Asbestosis is a chronic non-malignant disease characterized by scarring in the lungs, caused by heavy exposure to asbestos fibers over a period of many years. This scarring is called fibrosis, and the more asbestos fibers inhaled, the worse the scarring or fibrosis tends to become.
Prior to the mid-1970s, the military used asbestos-containing materials in over 300 products. The Navy used these products during the construction of naval ships, from submarines to aircraft carriers. Navy members may have come in contact with asbestos during the building, maintenance, repair, or demolition of ships, as well as through day-to-day operations on ships, where asbestos-based products were present nearly everywhere.
Prolonged Exposure to Asbestos Leads to Chronic Lung Diseases
The diseases associated with asbestos are generally diseases of the lungs. They include malignant conditions such as lung cancer, mesothelioma, and non-malignant disorders such as asbestosis, diffuse pleural thickening, pleural plaques, pleural effusion, and rounded atelectasis.
The initial symptoms of asbestos-related diseases tend to be breathlessness, difficulty swallowing, fatigue, and in some instances pain around the chest or ribs. These symptoms are similar to the symptoms associated with other non-asbestos diseases, particularly other lung conditions. Consequently, it is critical before any conclusions are drawn about the possible relationship between a group of symptoms and asbestos.
Asbestosis is a chronic inflammatory respiratory condition caused by the inhalation and retention of asbestos fibers. Although the lengthy latency period for asbestosis can make it difficult to determine the source of exposure to asbestos, there are often likely suspects - as in the case of anyone who served in the U.S. Navy - the military branch most impacted by asbestos exposure.
If you are experiencing any of the symptoms mentioned above, please consult your physician immediately, as despite this disease having an almost 100% mortality rate, there are treatments available to help alleviate the associated pain and reduce breathlessness.
The doctor will ask about your occupational history and more specifically if you have ever worked with asbestos and your levels of exposure.
Asbestosis is usually diagnosed based on the following findings:
- An exposure to asbestos that is considered moderate to heavy
- Shortness of breath - known medically as dyspnea - which the breathing tests show to be the result of reduced lung volumes or reduced gas transfer
- Crackles heard by the doctor during auscultation of the lungs
- Chest X-ray finding opaque masses in the lung fields
- Gradual progression of symptoms over time
Patients Diagnosed With Asbestosis May Develop COPD as a Complication
Chronic obstructive pulmonary disease (COPD) is a slowly developing disease that usually starts with wheezing, tightness in the chest, difficulty in breathing, increased mucus production, and coughs. These symptoms get worse over time.
Asbestos-related respiratory diseases such as asbestosis should also be considered in the differential diagnosis of a patient with chronic dyspnea. Most patients who have been most heavily exposed to asbestos are now aged 60 to 85 years and are former service members who worked on Navy ships. This age group is at increased risk of developing asbestos-related respiratory conditions that can cause pulmonary function changes that are difficult to distinguish from those associated with common respiratory conditions such as bronchitis, COPD, interstitial pneumonitis, and others.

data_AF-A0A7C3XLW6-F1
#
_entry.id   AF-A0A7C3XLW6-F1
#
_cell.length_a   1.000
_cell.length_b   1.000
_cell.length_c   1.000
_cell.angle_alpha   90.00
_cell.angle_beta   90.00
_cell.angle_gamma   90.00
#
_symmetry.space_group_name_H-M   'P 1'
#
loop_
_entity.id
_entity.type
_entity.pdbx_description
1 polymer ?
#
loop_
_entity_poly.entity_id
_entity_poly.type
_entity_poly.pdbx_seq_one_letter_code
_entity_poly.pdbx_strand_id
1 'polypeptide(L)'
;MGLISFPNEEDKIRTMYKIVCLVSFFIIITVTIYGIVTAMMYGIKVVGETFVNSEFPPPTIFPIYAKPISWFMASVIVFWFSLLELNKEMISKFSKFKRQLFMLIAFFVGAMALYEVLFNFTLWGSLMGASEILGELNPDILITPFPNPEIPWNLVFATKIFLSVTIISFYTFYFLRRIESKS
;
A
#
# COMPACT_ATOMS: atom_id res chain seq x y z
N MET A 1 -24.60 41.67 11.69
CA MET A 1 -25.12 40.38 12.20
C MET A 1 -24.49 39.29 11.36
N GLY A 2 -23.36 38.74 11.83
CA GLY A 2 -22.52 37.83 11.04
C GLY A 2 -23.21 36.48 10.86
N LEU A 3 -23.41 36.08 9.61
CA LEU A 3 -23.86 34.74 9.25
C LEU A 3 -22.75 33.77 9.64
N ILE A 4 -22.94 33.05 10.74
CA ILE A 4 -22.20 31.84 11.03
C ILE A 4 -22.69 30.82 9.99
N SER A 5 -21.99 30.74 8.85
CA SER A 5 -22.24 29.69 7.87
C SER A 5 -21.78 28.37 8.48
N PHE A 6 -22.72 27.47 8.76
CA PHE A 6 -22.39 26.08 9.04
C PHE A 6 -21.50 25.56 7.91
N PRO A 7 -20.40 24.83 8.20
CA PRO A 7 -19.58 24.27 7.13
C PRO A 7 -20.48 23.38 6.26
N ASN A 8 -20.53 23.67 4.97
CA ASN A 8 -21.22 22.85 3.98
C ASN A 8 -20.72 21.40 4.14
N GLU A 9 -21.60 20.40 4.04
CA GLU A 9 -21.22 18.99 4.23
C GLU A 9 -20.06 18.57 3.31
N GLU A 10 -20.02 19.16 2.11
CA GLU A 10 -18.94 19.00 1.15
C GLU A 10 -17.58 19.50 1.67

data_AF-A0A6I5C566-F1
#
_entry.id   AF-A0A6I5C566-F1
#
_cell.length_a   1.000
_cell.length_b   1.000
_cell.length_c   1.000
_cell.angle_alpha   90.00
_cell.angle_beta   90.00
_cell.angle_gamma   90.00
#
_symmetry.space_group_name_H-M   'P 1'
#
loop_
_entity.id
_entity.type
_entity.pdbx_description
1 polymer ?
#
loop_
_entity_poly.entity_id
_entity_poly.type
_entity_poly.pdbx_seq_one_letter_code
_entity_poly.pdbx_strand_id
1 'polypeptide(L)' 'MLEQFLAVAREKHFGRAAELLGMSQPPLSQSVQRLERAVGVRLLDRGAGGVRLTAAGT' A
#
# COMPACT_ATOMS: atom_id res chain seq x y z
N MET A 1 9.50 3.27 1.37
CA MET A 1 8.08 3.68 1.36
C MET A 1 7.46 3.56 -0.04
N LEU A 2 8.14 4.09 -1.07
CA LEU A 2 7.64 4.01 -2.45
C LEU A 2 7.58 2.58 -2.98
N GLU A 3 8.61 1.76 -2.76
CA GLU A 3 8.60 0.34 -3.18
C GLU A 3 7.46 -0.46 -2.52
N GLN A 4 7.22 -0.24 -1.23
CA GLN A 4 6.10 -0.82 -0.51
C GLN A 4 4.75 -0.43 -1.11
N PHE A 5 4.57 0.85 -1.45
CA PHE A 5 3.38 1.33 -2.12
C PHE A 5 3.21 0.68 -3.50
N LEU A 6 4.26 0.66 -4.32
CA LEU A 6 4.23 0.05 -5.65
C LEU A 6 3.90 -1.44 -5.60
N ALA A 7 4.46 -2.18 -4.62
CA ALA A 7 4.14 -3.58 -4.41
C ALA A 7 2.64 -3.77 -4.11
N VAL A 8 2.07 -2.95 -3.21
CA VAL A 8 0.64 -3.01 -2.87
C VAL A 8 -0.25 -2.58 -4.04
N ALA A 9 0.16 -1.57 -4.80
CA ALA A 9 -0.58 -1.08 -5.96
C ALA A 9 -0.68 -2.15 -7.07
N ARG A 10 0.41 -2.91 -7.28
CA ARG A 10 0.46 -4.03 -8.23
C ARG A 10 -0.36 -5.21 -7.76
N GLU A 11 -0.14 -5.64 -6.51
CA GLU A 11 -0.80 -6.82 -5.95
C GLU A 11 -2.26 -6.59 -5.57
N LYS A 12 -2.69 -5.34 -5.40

COPD patients have a higher risk of developing lung cancer. Furthermore, COPD has symptoms similar to asbestosis and may co-occur with it. If you experience symptoms such as shortness of breath, dry cough, wheezing, chest pain or tightness, and have a history of asbestos exposure, it is extremely important to seek immediate medical attention.
"Doctors told me that I have end-stage COPD, but I think that it's worse than that because I did some research. I feel terrible, I just don't feel very well, and I know this can't be just regular COPD", said a Navy veteran who served on one of many Navy ships built at a time when the use of asbestos was abundant.
Doctors will stage COPD based on the severity of the damage in the lungs. During late-stage COPD, patients tend to experience frequent flare-ups. After each of these, their lung function will not return to the level it was at before the flare-up, and their breathing gets more difficult. They may need frequent hospital admissions or intensive home support due to regular flare-ups.
Many patients have the following symptoms during end-stage COPD as well as in earlier stages of the illness:
- Shortness of breath while resting
- Limitation of activities of daily living: walking, cooking, dressing and so on
- Chronic respiratory failure
- Respiratory infections, such as flu and pneumonia, can worsen COPD
- Frequent emergency room visits and overnight hospital stays
- Anxiety and depression
- Increased confusion or memory loss caused by the lack of oxygen or too much carbon dioxide building up
We Offer Quality Assistance to All Veterans Suffering From the Effects of Asbestos Exposure
Before asbestos dangers were discovered, the U.S. Navy used the toxic mineral as an insulation material for protection from extreme fire and heat aboard vessels. Asbestos-based insulation covered pipes and ducts throughout ships, and asbestos materials were employed in various capacities throughout ships' interiors. Pipefitters, boiler workers, engine fitters, sheet metal workers and welders have been among the most affected by asbestos exposure.
If you are a veteran and have been diagnosed with an asbestos-related disease, the VA will compensate you as long as you were not dishonorably discharged and have medical records from your doctor proving an asbestos-related disease.